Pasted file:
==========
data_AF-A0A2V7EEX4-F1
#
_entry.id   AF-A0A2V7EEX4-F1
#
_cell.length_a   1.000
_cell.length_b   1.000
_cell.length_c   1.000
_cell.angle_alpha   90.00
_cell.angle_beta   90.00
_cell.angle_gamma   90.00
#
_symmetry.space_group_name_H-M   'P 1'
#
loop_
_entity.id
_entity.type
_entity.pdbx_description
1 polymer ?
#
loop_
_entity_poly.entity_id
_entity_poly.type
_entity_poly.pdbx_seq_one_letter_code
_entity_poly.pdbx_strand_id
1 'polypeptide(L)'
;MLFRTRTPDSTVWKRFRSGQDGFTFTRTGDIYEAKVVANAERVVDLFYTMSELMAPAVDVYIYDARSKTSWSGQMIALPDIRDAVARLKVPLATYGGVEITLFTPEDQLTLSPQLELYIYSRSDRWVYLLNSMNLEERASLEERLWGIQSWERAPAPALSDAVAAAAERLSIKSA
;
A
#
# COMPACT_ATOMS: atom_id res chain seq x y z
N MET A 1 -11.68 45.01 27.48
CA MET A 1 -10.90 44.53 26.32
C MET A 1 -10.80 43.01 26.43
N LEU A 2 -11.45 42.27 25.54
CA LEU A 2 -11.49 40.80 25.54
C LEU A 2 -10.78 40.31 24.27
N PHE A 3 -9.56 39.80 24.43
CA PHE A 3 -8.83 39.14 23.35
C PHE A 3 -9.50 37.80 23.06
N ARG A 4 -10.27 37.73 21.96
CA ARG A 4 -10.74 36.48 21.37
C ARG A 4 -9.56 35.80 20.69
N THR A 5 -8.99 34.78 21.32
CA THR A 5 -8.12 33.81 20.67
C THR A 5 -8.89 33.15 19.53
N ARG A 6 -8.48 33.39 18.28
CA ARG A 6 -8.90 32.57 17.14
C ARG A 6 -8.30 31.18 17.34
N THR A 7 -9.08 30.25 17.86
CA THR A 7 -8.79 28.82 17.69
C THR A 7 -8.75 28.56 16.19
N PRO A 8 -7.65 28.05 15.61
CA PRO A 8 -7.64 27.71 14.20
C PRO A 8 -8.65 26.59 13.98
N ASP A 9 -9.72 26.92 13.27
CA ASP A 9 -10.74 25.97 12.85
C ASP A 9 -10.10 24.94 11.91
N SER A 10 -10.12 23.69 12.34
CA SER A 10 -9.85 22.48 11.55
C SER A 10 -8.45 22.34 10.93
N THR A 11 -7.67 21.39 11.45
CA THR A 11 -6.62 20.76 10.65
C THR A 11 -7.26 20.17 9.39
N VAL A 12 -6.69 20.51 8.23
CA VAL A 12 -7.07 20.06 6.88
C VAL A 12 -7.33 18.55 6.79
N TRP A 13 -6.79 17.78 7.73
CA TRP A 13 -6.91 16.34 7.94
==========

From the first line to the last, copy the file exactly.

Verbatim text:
data_AF-A0A2V7EEX4-F1
#
_entry.id   AF-A0A2V7EEX4-F1
#
_cell.length_a   1.000
_cell.length_b   1.000
_cell.length_c   1.000
_cell.angle_alpha   90.00
_cell.angle_beta   90.00
_cell.angle_gamma   90.00
#
_symmetry.space_group_name_H-M   'P 1'
#
loop_
_entity.id
_entity.type
_entity.pdbx_description
1 polymer ?
#
loop_
_entity_poly.entity_id
_entity_poly.type
_entity_poly.pdbx_seq_one_letter_code
_entity_poly.pdbx_strand_id
1 'polypeptide(L)'
;MLFRTRTPDSTVWKRFRSGQDGFTFTRTGDIYEAKVVANAERVVDLFYTMSELMAPAVDVYIYDARSKTSWSGQMIALPDIRDAVARLKVPLATYGGVEITLFTPEDQLTLSPQLELYIYSRSDRWVYLLNSMNLEERASLEERLWGIQSWERAPAPALSDAVAAAAERLSIKSA
;
A
#
# COMPACT_ATOMS: atom_id res chain seq x y z
N MET A 1 -11.68 45.01 27.48
CA MET A 1 -10.90 44.53 26.32
C MET A 1 -10.80 43.01 26.43
N LEU A 2 -11.45 42.27 25.54
CA LEU A 2 -11.49 40.80 25.54
C LEU A 2 -10.78 40.31 24.27
N PHE A 3 -9.56 39.80 24.43
CA PHE A 3 -8.83 39.14 23.35
C PHE A 3 -9.50 37.80 23.06
N ARG A 4 -10.27 37.73 21.96
CA ARG A 4 -10.74 36.48 21.37
C ARG A 4 -9.56 35.80 20.69
N THR A 5 -8.99 34.78 21.32
CA THR A 5 -8.12 33.81 20.67
C THR A 5 -8.89 33.15 19.53
N ARG A 6 -8.48 33.39 18.28
CA ARG A 6 -8.90 32.57 17.14
C ARG A 6 -8.30 31.18 17.34
N THR A 7 -9.08 30.25 17.86
CA THR A 7 -8.79 28.82 17.69
C THR A 7 -8.75 28.56 16.19
N PRO A 8 -7.65 28.05 15.61
CA PRO A 8 -7.64 27.71 14.20
C PRO A 8 -8.65 26.59 13.98
N ASP A 9 -9.72 26.92 13.27
CA ASP A 9 -10.74 25.97 12.85
C ASP A 9 -10.10 24.94 11.91
N SER A 10 -10.12 23.69 12.34
CA SER A 10 -9.85 22.48 11.55
C SER A 10 -8.45 22.34 10.93
N THR A 11 -7.67 21.39 11.45
CA THR A 11 -6.62 20.76 10.65
C THR A 11 -7.26 20.17 9.39
N VAL A 12 -6.69 20.51 8.23
CA VAL A 12 -7.07 20.06 6.88
C VAL A 12 -7.33 18.55 6.79
N TRP A 13 -6.79 17.78 7.73
CA TRP A 13 -6.91 16.34 7.94